“Just thought I would let you know that I had a very successful weeks skiing in Verbier and got back last weekend. Weather fantastic and knee held up very well. Many, many thanks.”
Anterior cruciate ligament reconstruction
ACL reconstruction can improve the stability and the function of your knee following an injury. It involves replacing the ACL in your knee, usually using a tendon from another part of your body. You will meet the surgeon carrying out your procedure to discuss your care and can discuss the procedure in detail. It may differ from what’s described here as it will be designed to meet your individual needs.
What is an anterior cruciate ligament reconstruction?
The anterior cruciate ligament (ACL) is one of the two large ligaments within the knee. It controls front to back and, most importantly, pivoting or twisting movement. The ACL can be torn or ruptured during sports activities and once broken, it rarely heals and the knee may give way.
Regular giving way can lead to secondary damage to the menisci (shock absorbers) and articular cartilage (joint surface) as well as making twisting and turning difficult.
A ligament graft is required using material taken from the front of the knee or from the hamstring tendons behind the knee, both of which are able to re-grow to a large extent.
Successful ACL reconstruction will mean your knee will no longer give way and you can return to sport and everyday activities.
What does this involve?
Anterior cruciate ligament reconstruction is usually performed through keyhole surgery under general anaesthetic. You would normally be admitted on the day of the operation and some people go home the same day or have an overnight stay in hospital.
You will not be able to eat for eight hours prior to surgery although you will be able to drink small amounts of water up to four hours before.
The operation takes about one hour and your surgeon will make some keyhole incisions in your knee to allow small specially designed instruments to be introduced. The torn ligaments are trimmed and the knee is prepared for the replacement graft of suitable tissue. Part of the patellar tendon (which runs from the lower end of your kneecap to the top of your shin bone) is normally used. The top and bottom ends of the replacement ligament are fixed into place with special screws into holes drilled into your bones.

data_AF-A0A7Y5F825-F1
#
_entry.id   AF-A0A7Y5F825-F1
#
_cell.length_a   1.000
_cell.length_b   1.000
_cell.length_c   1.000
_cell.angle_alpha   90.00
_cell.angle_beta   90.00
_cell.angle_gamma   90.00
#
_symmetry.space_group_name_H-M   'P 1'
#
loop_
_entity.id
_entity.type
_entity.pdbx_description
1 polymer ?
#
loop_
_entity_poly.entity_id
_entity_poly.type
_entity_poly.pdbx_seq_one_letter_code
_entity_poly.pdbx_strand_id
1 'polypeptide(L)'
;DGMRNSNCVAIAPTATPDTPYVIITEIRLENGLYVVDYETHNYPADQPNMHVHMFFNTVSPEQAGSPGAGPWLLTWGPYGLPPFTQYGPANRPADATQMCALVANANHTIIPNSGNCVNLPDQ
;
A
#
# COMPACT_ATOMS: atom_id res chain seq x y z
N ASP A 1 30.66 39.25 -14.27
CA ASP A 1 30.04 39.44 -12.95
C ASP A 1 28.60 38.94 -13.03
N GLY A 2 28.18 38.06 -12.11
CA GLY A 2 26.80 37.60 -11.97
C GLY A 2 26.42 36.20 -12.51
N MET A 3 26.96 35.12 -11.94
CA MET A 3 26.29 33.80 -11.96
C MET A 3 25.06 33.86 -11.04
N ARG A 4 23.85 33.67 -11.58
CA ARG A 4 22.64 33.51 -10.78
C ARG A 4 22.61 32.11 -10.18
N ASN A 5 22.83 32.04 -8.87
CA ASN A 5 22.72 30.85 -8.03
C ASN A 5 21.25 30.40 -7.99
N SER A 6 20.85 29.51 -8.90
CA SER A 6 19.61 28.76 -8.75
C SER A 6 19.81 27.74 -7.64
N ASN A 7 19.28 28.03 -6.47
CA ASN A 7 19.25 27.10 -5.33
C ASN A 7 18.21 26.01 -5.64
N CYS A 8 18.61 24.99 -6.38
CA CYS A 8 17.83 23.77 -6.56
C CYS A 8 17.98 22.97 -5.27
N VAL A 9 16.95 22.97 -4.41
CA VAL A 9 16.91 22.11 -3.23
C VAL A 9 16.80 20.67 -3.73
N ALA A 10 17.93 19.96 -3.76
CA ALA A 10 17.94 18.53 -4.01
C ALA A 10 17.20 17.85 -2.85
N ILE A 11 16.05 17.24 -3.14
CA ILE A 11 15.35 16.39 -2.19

The incisions are closed with stitches or adhesive strips
When will I recover?
Recovery from the anaesthetic is rapid and you will be awake very soon after the operation although you may feel drowsy for an hour or two. You will be allowed to go home once you are weight bearing with the assistance of crutches.
You may shower with the waterproof dressing on and your physiotherapists will give you advice on how to exercise your leg before you leave and may arrange outpatient physiotherapy, if needed. You will be given a cold compress along with instructions on how to cool your knee, which is important and aids recovery. You will see your knee consultant two weeks after your operation to review your progress.
You may need to take 4-6 weeks off work and driving following the operation and your surgeon may want you to wear a knee brace for a few weeks.
When your knee has settled down, you will need to start intensive physiotherapy which may continue as long as six months.
What risks should I know about?
Anterior cruciate ligament reconstruction is commonly performed and generally safe but there can be potential complications. These only affect less than 4% of patients.
Infection can occur although our theatres have ultra-clean air operating conditions keeping infection rates at 1:1000. We give antibiotics to reduce the risk
Blood clots are rare. We use established prevention methods including aspirin.
Damage to the nerves around the knee leading to weakness, numbness or pain in the leg or foot – this usually settles on its own. Risk is less than 1%.
A break of the kneecap can occur during or after surgery but only if your surgeon uses a patella tendon graft – 1% risk.
Risk of re-rupture or stretching is 1% per year; this means that 10 years from surgery there is a 90% chance that the graft will still be functioning well.